When CMMC 2.0 is fully implemented, contractors who fall under a subset of acquisitions that require Level 2 advanced cyber security standards because they handle information critical to national security must obtain third-party CMMC assessments.
The CMMC Accreditation Body, or CMMC-AB, will be in charge of accrediting CMMC Third-Party Assessment Organizations (C3PAOs) following their assessment from DoD. The accredited C3PAOs will be listed in the CMMC-AB marketplace.
Every organization that must meet these requirements is fully responsible for planning its assessment. Once it has been completed, the C3PAO will supply the Department of Defense with the assessment report.
Organizations that must meet Level 3, or Expert, cyber security requirements must be assessed by government officials. The specific requirements are currently being developed.
Key Changes Introduced By The CMMC 2.0 Framework
Here is a look at some of the biggest changes that were introduced by the CMMC 2.0 framework.
Under CMMC 1.0, all DoD contractors were required to undergo third-party assessments to assure CMMC compliance.
In CMMC 2.0, however, most contractors associated with the Foundational Level 1 and a subset of Advanced Level 2 programs will be permitted to carry out annual self-assessments using a self-assessment guide that is very similar to the NIST 800-171A.
Some experts have noted that contractors who do not have a strong security background will likely struggle to conduct the self-assessment on their own. Those with a lack of familiarity with cyber security may not be able to determine their boundary, implement the right controls and carry out a thorough self-assessment and will therefore need help from cyber security specialists.
In the self-assessment of a CMMC practice, there are one of three possible findings: Met, Not Met and Not Applicable. In order to demonstrate compliance with CMMC Level 1, contractors need to achieve a finding of either Met or Not Applicable on all of the Level 1 practices.
Not Applicable is appropriate when a practice does not apply for the self-assessment. For each practice that is marked as Not Applicable, a statement must be included explaining why the practice in question does not apply to this contractor. For example, SC.L1-3.13.5 could be considered Not Applicable if the contractor does not have any publicly accessible systems.
However, a portion of the Advanced Level 2 programs must undergo triennial third-party assessments. The Level 2 assessment guide is more complex and involved. Assessors and assessor organizations enlisted to support Advanced Level 2 companies receive their certifications and must be accredited by the CMMC-AB. Documentation and other types of proof will need to be presented by contractors to demonstrate that they are meeting security controls.
Meanwhile, Expert Level 3 programs need to undergo triennial assessments that are carried out by government officials. Further clarification is forthcoming, specifically regarding whether C3PAOs will assess the NIST 800-171 controls with the government-led portion being responsible for assessing the NIST 800-172 portion.
Assessment Ecosystem Oversight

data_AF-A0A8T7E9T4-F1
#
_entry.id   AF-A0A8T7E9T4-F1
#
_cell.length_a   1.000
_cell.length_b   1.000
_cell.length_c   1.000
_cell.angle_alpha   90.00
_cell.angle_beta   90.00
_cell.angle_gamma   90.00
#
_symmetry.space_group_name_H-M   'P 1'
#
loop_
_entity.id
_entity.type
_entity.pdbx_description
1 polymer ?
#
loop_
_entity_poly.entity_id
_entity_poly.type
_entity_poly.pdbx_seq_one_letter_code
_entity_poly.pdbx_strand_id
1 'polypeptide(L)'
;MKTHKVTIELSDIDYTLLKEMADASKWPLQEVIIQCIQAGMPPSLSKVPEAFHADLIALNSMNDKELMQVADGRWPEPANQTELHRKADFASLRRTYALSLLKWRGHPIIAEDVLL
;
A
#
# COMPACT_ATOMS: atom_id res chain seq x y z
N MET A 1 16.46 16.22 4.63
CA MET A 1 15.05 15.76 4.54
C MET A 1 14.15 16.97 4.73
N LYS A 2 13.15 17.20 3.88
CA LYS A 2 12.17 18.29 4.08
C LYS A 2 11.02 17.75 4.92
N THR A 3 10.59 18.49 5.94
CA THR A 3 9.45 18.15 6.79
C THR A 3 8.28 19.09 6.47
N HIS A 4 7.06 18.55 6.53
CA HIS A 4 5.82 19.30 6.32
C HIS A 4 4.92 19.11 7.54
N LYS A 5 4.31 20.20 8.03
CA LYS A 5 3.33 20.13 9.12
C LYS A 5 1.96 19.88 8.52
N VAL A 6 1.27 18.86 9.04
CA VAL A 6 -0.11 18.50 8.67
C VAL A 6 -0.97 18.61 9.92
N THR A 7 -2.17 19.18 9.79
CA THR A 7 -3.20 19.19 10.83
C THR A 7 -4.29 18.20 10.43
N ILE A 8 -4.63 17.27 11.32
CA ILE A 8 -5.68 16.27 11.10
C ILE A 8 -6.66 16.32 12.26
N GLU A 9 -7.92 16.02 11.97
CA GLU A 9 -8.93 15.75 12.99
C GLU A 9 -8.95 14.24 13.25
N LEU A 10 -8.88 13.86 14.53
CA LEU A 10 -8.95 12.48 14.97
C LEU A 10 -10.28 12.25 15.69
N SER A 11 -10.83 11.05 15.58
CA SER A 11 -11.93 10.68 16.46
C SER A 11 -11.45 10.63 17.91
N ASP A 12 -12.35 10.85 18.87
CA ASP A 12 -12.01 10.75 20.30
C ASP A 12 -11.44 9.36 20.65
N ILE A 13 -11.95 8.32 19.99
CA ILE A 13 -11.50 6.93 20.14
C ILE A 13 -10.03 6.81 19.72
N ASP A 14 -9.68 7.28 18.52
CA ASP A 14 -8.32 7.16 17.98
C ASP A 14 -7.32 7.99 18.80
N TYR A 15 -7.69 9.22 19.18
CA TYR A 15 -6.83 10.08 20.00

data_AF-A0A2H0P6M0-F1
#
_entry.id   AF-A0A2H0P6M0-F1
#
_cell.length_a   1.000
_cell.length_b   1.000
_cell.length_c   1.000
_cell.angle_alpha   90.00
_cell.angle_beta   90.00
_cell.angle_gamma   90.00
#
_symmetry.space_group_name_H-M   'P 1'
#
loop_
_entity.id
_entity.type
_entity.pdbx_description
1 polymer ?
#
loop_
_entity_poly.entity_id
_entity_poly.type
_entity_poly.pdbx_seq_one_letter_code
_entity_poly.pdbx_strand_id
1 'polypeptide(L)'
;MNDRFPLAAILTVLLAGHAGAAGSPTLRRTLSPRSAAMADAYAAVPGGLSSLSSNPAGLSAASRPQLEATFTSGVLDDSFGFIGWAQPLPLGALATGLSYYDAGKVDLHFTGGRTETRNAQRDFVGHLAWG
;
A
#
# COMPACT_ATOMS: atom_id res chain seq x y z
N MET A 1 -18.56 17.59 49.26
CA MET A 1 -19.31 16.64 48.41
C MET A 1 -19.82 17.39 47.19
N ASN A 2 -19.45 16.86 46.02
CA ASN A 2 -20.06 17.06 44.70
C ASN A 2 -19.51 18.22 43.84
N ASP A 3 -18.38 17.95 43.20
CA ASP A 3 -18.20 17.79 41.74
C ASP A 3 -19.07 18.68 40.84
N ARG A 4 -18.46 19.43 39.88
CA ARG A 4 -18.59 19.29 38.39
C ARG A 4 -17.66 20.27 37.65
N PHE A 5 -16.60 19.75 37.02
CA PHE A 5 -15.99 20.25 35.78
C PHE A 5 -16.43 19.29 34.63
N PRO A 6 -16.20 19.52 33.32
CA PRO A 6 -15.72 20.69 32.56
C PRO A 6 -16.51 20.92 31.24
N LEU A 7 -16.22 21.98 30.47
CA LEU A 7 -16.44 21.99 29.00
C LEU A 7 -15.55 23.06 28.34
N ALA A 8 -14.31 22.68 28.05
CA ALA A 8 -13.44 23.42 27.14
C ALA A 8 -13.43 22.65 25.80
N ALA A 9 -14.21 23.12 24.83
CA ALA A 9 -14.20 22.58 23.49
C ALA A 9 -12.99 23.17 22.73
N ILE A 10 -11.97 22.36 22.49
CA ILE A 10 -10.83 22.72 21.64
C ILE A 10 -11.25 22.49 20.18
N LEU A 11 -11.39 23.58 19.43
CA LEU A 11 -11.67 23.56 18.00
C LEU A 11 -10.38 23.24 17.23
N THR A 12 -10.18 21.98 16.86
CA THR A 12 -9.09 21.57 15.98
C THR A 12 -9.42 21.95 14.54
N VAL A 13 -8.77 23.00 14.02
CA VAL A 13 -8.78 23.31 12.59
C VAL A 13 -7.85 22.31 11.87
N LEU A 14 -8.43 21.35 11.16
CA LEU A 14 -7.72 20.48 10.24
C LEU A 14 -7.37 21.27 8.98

Under CMMC 1.0, the Department of Defense reviewed CMMC-AB Conflict Of Interest policies. With CMMC 2.0 implementation, the DoD will approve CMMC-AB policies related to Conflict Of Interest that apply to the CMMC ecosystem.
Plans Of Action And Milestones (POA&Ms)
Before CMMC, organizations were allowed to delay their implementation of NIST 800-171 requirements if they were able to demonstrate that they intended to implement the controls on a specific date in the future. However, CMMC 1.0 took away the ability to have POA&Ms for practice requirements at the assessed maturity level.
With CMMC 2.0, POA&Ms are once again permitted on a limited basis. The highest weighted requirements on the SPRS point scale need to be fully implemented at the time of the assessment, however. The Department of Defense plans to publish a minimum SPRS score to support certification with POA&Ms.
This marks a retreat from the Pass Or Fail model used under CMMC 1.0 and allows organizations seeking certification the flexibility to pass certification assessments without implementing all of the required practices as long as they use POA&Ms that adhere to guidance that has yet to be issued.
Although this can be helpful in some circumstances, it is important to keep in mind that only a portion of the requirements will allow POA&Ms and it is unlikely to apply to the higher weighted requirements that tend to be the most difficult and expensive to implement.
Get In Touch With The Cybersecurity Professionals At Vaultes
Cyber security threats are constantly emerging and evolving, and it can be difficult for many Department of Defense contractors to stay on top of the latest compliance regulations.
At Vaultes Enterprise Solutions, our cyber security professionals are well-versed in the latest CMMC 2.0 requirements and can help your organization navigate the complex regulations in order to ensure compliance. We can review and explain the new policies to your organization and help you conduct a self-assessment or prepare for an official assessment to ensure that you will be able to maintain your government contract work under CMMC 2.0. Reach out today to discuss your organization’s needs.